And there is of course an even greater implication. David Cameron must have been involved! As more details emerge Hunt’s resignation will not be the only one being demanded!
QUOTE OF THE DAY!
”With the economy failing, five per cent more cuts are the last thing we need. The economy is flat on its back and more cuts would simply be self-harm. The coalition should instead borrow using the UK’s record low interest rates to fund an ambitious national home-building programme” Former Liberal Democrat Treasury spokesman and personal friend of Vince Cable, Lord Oakeshott.
Batten down the hatches, or in allotment speak, put weights on the hen-run coverings! the weathermen are often wrong, but to judge by the skies they may be right this time in warning that we are about to have a spell of weather likely to have every ark-builder in the land getting out the planking. In fact our short-term future looks almost as black as that of our dear leader, who is learning just how dangerous it is to retreat from the embracing arms of the Murdoch clan.
The setting up of a truly independent inquiry into phone-hacking must have seemed a good way of dodging the bullets when David Cameron was first cornered after revelations surrounding his intimacy with the Murdochs hit the headlines. Here, he will have thought, is proof positive that I am stooge to no man. Unfortunately for him he rather missed the point that Rupert Murdoch, and his dopey son James, are not quite as cuddly as he imagined. They, after all, have courted and won the hand of Thatcher and Blair, and have never before felt the need to wield the axe. Now they are on the revenge trail.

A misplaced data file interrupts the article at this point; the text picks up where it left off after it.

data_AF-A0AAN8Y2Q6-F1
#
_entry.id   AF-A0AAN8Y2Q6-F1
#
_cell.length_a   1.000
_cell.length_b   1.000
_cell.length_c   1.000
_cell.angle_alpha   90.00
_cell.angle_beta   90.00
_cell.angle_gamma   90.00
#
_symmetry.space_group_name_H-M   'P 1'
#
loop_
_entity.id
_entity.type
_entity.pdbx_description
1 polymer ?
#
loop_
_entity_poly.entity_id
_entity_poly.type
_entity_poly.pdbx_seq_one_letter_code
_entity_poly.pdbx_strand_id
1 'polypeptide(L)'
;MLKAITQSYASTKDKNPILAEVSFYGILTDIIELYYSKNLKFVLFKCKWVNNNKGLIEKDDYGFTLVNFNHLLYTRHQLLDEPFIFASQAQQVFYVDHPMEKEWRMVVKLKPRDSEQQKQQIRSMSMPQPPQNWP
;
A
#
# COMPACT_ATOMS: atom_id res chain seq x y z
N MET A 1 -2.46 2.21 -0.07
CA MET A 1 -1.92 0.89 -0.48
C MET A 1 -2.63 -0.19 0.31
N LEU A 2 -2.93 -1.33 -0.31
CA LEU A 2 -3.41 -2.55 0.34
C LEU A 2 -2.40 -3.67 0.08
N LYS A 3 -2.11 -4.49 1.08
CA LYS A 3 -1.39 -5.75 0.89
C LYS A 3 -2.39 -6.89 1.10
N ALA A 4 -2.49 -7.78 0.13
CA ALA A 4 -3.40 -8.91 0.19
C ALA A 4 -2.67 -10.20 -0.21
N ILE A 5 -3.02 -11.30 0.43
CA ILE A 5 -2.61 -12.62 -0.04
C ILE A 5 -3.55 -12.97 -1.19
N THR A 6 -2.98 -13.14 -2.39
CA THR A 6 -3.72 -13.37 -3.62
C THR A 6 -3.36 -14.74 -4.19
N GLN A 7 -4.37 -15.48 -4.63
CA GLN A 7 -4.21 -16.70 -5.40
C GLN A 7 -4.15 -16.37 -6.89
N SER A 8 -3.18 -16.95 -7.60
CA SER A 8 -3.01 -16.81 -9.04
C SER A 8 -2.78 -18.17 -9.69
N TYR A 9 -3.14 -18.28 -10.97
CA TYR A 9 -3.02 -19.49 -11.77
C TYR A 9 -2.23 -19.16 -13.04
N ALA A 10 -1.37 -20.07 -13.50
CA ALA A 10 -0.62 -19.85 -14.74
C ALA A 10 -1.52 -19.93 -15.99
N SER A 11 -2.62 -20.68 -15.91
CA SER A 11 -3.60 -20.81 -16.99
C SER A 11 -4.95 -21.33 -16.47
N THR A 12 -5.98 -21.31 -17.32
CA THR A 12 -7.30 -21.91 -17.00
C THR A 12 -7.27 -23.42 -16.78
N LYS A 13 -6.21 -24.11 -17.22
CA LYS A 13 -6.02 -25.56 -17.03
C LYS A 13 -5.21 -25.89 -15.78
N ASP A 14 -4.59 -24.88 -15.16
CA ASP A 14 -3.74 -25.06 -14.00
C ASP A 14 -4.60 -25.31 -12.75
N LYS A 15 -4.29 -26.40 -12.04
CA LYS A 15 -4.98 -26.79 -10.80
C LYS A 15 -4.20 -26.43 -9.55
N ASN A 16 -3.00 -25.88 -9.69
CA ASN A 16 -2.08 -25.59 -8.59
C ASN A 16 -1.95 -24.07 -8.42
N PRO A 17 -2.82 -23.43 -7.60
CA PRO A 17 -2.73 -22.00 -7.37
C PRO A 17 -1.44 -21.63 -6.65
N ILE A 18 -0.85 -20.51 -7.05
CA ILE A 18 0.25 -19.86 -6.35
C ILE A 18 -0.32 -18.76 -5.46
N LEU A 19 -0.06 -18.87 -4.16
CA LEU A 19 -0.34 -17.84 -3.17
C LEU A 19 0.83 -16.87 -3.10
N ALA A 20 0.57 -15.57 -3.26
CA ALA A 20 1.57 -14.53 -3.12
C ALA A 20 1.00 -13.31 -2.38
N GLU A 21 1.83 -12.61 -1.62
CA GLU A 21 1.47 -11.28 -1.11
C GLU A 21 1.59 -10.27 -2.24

Yesterday James Murdoch gave an indication of what may be to come. Since becoming leader of the Conservative Party, Cameron has taken as many pains to cultivate his relationship with the Murdochs and their acolytes as he has to conceal just how close it has been. For example, when he was asked about the notorious dinner at the Chipping Norton home of his close friend Rebekah Brooks, the Prime Minister at first claimed that it didn’t happen. He later admitted that it did but insisted that there was nothing “inappropriate” about his conversations with James Murdoch. Yesterday James confirmed to Leveson that he did discuss the BSkyB takeover with Mr Cameron at the dinner. How appropriate was that?
We now also have details of the many social gatherimngs that the Camerons enjoyed with the Murdochs. We also know that in December 2010, the Prime Minister relieved Vince Cable of his responsibilities after he was taped by reporters admitting that he had “declared war on the Murdochs”. Mr Cameron made clear that, in his view, Mr Cable’s anti-Murdoch comments were “totally unacceptable and inappropriate”. He then appointed Jeremy Hunt, whose obsequious relationship with the Murdochs was well known. It sees that Mr Hunt’s pro-Murdoch bias was both acceptable and appropriate.